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      This all started for me last year in October. For the previous 2 or 3 years I had dreamed of making a CNC machine to make PCB's and small aluminum parts. I finally had the means and space to begin my build. After non-stop talking about what I wanted to build, my wife gave me a birthday gift of a $500 budget to build whatever I wanted. So it began...


      Version 1
      I didn't document this build other than all my hand notes in my "lab" book. I learned a ton about alignment and rigidity of the machine. Version 1 consisted of 4x NEMA 17 stepper motors (double z), TB6600 drivers, with 8mm lead screws and linear rod slides. A cheap 500W spindle and a .5W 445nm laser as well as a 2.5W 445nm laser. All held together with dimensional lumber. Everything was driven by an Arduino UNO with GRBL1.1 and BCNC running on a headless raspberry pi. I utilize VNC viewer to establish a remote connection for control.
      The 0.5W laser took a very long time to dial in. Achieving a good engraving was very difficult as the focal point for engraving was only good within +/- 0.2mm. The 2.5W laser proved much better at marking and could go at speeds 4 times faster than the weaker laser. I frequently encountered screws loosing in the wood resulting in skewed markings. The spindle worked great in soft wood and acrylic. I drilled and tapped a 1/4-20 hole in the spindle mount and using a 0.5" set screw I am able to mount either laser on the spindle mount.

      IMG_3533 (1).jpg

      Version 2


      Fast forward a year. I know i needed to strengthen the machine and aluminum extrusion seemed like the best option. I also wanted to upgrade to all ball screws and NEMA 23 steppers. I stated working in SolidWorks planning out how i wanted to accomplish this without hurting my bank account too much. After multiple weekends of planning and contemplating I ended up deciding on utilizing all of my original motion control components and with the exception of the linear guides. I opted for the v-slot and wheel configuration.I also know that I needed to re-work all of the controls. I design electrical and mechanical assemblies for a living and what I had was just completely unacceptable from both a safety and visual appearance perspective. I had at least 2 small fires from the 12Vdc power supply inadvertently shorting.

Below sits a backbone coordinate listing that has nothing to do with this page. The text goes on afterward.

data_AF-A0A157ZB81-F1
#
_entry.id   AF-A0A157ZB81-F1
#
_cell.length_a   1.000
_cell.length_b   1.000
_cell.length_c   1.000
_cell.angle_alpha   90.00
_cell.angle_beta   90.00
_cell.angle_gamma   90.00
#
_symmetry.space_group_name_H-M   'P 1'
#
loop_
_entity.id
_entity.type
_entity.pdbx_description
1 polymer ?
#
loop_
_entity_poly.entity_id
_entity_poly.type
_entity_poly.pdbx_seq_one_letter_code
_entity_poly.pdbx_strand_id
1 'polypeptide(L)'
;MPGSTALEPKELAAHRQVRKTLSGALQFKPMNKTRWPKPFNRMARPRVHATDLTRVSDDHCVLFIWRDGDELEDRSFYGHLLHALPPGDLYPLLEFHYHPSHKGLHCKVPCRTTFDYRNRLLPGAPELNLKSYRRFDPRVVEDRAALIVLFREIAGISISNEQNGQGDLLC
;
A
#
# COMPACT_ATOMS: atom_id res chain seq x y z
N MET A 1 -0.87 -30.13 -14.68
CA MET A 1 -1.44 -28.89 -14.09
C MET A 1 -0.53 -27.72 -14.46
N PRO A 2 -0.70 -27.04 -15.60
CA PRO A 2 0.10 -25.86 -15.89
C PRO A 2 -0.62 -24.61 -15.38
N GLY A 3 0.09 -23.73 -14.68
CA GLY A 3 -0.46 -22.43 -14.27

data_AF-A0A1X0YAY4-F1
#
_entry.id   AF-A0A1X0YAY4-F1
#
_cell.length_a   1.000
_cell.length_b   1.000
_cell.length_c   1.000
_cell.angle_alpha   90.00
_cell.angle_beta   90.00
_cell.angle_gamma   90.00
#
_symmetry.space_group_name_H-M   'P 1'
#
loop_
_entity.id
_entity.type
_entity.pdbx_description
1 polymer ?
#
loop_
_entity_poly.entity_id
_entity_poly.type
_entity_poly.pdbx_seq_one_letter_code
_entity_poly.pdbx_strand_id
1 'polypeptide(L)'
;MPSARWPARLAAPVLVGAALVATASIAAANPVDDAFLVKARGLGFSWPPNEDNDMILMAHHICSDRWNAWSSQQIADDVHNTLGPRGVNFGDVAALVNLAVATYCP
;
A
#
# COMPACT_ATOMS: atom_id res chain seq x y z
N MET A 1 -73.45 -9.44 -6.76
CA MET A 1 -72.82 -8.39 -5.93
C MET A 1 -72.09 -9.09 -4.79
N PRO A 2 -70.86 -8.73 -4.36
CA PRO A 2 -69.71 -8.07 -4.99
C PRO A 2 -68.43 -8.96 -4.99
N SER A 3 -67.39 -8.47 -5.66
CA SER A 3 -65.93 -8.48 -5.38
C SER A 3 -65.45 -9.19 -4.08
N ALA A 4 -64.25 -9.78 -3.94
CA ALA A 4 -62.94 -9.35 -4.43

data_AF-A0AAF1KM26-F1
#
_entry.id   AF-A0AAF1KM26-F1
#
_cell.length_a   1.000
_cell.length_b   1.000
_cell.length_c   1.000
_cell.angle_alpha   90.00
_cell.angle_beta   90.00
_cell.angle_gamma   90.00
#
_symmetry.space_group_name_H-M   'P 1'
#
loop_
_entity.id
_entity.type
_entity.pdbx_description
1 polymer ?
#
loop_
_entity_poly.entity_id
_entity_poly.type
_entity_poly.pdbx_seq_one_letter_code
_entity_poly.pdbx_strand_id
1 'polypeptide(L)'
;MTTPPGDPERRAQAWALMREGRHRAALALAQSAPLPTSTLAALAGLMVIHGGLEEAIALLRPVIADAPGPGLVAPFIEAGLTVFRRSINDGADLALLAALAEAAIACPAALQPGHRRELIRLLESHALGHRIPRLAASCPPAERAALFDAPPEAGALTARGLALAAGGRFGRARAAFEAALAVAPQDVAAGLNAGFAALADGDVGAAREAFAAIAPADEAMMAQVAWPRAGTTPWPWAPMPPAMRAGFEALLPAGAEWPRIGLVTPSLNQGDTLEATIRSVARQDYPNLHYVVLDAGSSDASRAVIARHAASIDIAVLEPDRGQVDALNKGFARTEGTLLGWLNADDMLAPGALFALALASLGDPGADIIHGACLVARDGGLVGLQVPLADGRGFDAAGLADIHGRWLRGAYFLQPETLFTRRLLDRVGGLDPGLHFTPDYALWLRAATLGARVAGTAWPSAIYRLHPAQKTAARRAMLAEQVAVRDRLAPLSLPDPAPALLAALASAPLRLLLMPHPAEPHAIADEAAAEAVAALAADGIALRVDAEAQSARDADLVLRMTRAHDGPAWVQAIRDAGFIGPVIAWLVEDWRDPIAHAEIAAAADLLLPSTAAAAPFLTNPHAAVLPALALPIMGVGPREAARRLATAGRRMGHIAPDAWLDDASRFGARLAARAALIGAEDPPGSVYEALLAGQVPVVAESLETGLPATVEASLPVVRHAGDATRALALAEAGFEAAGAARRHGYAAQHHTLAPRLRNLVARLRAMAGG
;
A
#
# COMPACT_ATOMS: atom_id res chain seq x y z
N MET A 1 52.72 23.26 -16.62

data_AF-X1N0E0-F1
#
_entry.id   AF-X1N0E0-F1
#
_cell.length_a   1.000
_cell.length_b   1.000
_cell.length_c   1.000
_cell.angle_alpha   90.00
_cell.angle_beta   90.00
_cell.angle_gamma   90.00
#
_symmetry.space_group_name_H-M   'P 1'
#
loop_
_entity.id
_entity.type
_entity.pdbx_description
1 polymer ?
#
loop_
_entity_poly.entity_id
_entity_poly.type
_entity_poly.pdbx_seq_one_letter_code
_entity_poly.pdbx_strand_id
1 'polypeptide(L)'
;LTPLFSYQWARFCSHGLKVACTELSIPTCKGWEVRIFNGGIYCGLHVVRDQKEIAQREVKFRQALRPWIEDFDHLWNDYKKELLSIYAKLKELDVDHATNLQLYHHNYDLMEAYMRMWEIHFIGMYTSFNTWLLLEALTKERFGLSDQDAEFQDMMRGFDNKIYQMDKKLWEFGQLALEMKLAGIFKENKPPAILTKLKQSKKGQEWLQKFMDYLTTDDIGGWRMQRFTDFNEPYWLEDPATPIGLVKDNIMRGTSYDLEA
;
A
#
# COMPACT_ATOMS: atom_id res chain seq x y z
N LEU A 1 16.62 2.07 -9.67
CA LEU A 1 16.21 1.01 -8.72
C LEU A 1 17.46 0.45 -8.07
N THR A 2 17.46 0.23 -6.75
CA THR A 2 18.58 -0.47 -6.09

After planning out a few strategies I went with C-Beam extrusions and v-slot wheels. These are the key components of each axis. One big mistake I made was not planning out assembly procedures and fastener accessibility. I worked out a fairly good assembly however it took way to many full assembles and disassembles before I got it to a point that I was happy. I had a bunch of scrap aluminum and wanted to utilize this instead of purchasing pre-machined plates. My goal was to have all plates have the same layout so I could print and laminate a template and mimic an assembly line for a few nights. This is the template I used for the axis plates.


      Not all holes were drilled for every axis but were marked on the template. This worked very well and gave very consistent results. IMG_3503.jpg


      It took me a little to figure out the best was to attach the stepper motors to the c-beam. I ended up making plates that utilized the NEMA 17 brackets that came with my steppers. I added an additional spacer for the v-slot wheels so that the fasteners holding the stepper to the c-beam did not interfere with the motion of the mobile plate.


      Completed Z axis and X axis.


      I left the c-beam supporting the X and Z axis at full length because I planned to convert it to a moving gantry. Although to do that i would need to purchase more c-beam so it doesn't make much sense. However it seems to be fairly stable even standing on stilts. IMG_3551.jpg